New in Theaters: ‘Our Nixon’


Ournixon-posterEvery now and again, you’ll hear something about how a certain politician couldn’t make it if they ran today. Venal, conspiratorial, and far too fond of late-night drunk dials, Richard Nixon was one of those never-again guys.

The fascinating new documentary Our Nixon, constructed out of hundreds of hours of home movies shot by Nixon staffers, aired earlier this month on CNN and opens Friday in limited release. My review is at Film Racket:

For those raised on The West Wing and stories about the Cuban Missile Crisis, the most surprising thing about President-focused documentary footage is always how good-natured everybody seems to be. That’s because, while the White House might be the most singularly powerful political office in the world, it’s still an office like any other. You can’t deal with issues of detente and Congressional brinkmanship 24 hours a day; occasionally even the most dedicated wonks need to gossip, play pranks, and complain about coworkers. This workaday domesticity is one of the reasons Penny Lane’s absorbing home-movie documentary Our Nixon so inexplicably fascinating…

You can watch the trailer here:

DVD Tuesday: ‘The Great Gatsby’

Leonardo DiCaprio as Jay Gatsby, hidden somewhere in the set decoration like the rest of the cast.

greatgatsby-dvdThe first and biggest movie spectacle of the 2013 summer movie season had nothing to do with IMAX superheroes, but a genre-blending half-musical Baz Luhrmann adaptation of F. Scott Fitzgerald’s The Great Gatsby. Sound like a refreshing change of pace? It should have been. Unfortunately the result was more like a feature-length trailer for a movie that never quite arrived.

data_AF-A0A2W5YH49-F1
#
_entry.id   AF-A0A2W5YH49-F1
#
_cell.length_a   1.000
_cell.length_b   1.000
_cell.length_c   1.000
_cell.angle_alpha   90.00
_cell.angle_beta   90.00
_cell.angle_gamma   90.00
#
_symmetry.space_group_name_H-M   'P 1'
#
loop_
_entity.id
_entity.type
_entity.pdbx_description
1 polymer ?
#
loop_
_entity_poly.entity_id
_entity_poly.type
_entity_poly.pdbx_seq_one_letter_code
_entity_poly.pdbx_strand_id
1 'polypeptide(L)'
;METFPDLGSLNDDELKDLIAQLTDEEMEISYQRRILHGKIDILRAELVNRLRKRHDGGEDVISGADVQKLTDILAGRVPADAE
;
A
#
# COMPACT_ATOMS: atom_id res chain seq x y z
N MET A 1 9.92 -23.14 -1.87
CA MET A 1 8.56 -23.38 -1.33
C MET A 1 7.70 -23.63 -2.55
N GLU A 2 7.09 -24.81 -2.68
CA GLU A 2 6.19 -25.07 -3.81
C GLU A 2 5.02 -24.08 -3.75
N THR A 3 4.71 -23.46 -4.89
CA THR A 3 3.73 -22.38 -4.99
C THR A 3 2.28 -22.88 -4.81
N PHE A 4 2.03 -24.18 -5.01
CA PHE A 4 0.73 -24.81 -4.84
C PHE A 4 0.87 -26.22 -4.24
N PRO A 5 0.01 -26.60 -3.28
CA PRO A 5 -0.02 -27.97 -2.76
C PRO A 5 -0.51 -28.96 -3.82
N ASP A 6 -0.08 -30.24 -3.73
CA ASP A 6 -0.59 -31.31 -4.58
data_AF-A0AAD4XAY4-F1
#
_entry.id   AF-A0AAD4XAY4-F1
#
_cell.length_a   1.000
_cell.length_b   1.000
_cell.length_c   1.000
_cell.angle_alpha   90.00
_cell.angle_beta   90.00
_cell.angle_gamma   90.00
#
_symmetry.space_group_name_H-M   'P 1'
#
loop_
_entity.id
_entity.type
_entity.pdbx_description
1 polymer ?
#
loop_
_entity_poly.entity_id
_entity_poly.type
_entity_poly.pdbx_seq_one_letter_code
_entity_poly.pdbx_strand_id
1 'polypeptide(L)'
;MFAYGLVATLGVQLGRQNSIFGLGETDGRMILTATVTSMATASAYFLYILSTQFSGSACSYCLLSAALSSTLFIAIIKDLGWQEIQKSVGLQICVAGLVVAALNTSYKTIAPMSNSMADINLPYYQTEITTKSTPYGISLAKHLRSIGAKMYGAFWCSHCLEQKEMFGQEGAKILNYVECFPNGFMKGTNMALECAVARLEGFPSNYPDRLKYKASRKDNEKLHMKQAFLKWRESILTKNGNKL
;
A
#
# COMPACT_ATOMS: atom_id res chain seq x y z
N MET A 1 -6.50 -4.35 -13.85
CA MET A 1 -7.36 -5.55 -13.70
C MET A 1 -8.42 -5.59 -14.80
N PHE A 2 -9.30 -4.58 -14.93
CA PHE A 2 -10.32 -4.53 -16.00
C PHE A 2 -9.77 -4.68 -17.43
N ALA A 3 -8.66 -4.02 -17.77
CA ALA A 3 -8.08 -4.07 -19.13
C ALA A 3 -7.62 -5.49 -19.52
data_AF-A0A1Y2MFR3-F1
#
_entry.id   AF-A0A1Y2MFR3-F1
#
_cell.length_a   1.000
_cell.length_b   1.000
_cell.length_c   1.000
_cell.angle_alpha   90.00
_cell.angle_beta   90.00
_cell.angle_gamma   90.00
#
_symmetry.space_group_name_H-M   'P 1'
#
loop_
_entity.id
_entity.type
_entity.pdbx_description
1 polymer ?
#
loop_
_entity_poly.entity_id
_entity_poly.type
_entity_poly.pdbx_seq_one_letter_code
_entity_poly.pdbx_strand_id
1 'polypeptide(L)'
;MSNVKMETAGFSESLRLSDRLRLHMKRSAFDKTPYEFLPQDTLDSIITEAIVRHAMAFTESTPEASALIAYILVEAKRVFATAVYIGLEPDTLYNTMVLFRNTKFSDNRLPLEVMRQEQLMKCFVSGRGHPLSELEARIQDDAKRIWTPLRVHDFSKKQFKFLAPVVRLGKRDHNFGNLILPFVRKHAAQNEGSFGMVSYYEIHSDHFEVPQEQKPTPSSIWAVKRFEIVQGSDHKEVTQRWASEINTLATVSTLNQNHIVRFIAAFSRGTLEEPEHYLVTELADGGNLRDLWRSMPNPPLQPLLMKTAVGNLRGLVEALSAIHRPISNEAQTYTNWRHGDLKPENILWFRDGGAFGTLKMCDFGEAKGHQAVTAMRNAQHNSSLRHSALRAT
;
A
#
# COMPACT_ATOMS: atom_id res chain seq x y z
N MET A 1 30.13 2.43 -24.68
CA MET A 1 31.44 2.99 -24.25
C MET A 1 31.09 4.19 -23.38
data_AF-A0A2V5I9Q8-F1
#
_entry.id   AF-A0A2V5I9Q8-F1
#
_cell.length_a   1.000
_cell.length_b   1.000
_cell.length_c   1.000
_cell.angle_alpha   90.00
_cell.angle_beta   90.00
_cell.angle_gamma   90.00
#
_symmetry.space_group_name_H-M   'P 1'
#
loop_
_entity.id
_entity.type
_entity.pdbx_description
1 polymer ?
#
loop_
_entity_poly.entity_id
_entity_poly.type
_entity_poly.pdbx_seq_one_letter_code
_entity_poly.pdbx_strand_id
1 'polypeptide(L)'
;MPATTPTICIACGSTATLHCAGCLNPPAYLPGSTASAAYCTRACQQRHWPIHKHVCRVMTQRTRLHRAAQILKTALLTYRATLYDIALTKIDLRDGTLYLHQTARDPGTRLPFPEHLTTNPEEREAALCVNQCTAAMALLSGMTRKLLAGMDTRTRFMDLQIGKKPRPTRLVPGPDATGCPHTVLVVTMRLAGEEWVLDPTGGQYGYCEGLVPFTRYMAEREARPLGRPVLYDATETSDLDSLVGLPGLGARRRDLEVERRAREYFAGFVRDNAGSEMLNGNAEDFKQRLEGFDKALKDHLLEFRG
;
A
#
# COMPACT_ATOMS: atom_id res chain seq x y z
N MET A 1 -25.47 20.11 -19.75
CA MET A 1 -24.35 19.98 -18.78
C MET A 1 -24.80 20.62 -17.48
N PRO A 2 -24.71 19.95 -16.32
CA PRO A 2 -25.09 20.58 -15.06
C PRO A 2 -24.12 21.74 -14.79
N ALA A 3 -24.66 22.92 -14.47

The Great Gatsby hits DVD and Blu-ray. My review is at Short Ends & Leader:

Luhrmann’s take on F. Scott Fitzgerald’s Jazz Age fable is all about trying to make it seem as “modern” as possible; a story gambit that makes sense, given the current economic climate. Of course, the one percent’s current Gilded Age just kept on trucking after the Great Recession, unlike the excesses of the 1920s fantasized about so lovingly in Gatsby, which were put on ice by the Great Depression. To that end, Luhrmann comes to the story armed not with a respectable screenplay, great location scouts, and the best actors he could find but a war chest of whizbang computer graphics, some pretty faces, and executive music producer Jay-Z. It’s gonna be a show, kids!…

Here’s the trailer:

Readers’ Corner: ‘This Town’ and the Gilded Trough

this town-coverAlmost the best thing about Mark Leibovich’s new Washington, DC tell-all This Town: Two Parties and a Funeral—Plus, Plenty of Valet Parking!—in America’s Gilded Capital is what’s not in it. He didn’t include an index, thusly avoiding the tendency of Beltway types to cruise into bookstores and flip instantly to the index for any reference to themselves. Given the high-pitched response to his book from the corridors of power, a surprising number of those people have actually been reading the thing. It’s worth it.

My review is at PopMatters:

Mark Leibovich’s This Town is angry but funny, hitting big targets with ease while somehow avoiding the shrill tone of the screed. As the New York Times’ chief national correspondent, he has spent more time covering politics in the American capital than any human being should have to, unless serving time for a horrific crime. After 16 years covering the circular grip n’ grin of Washington politics, Leibovich has served up a heaping platter of disgust, but he’s done it with a smiley-face emoticon. After all, he’s still got to work in the place he calls “a city of beautifully busy people constantly writing the story of their own lives”…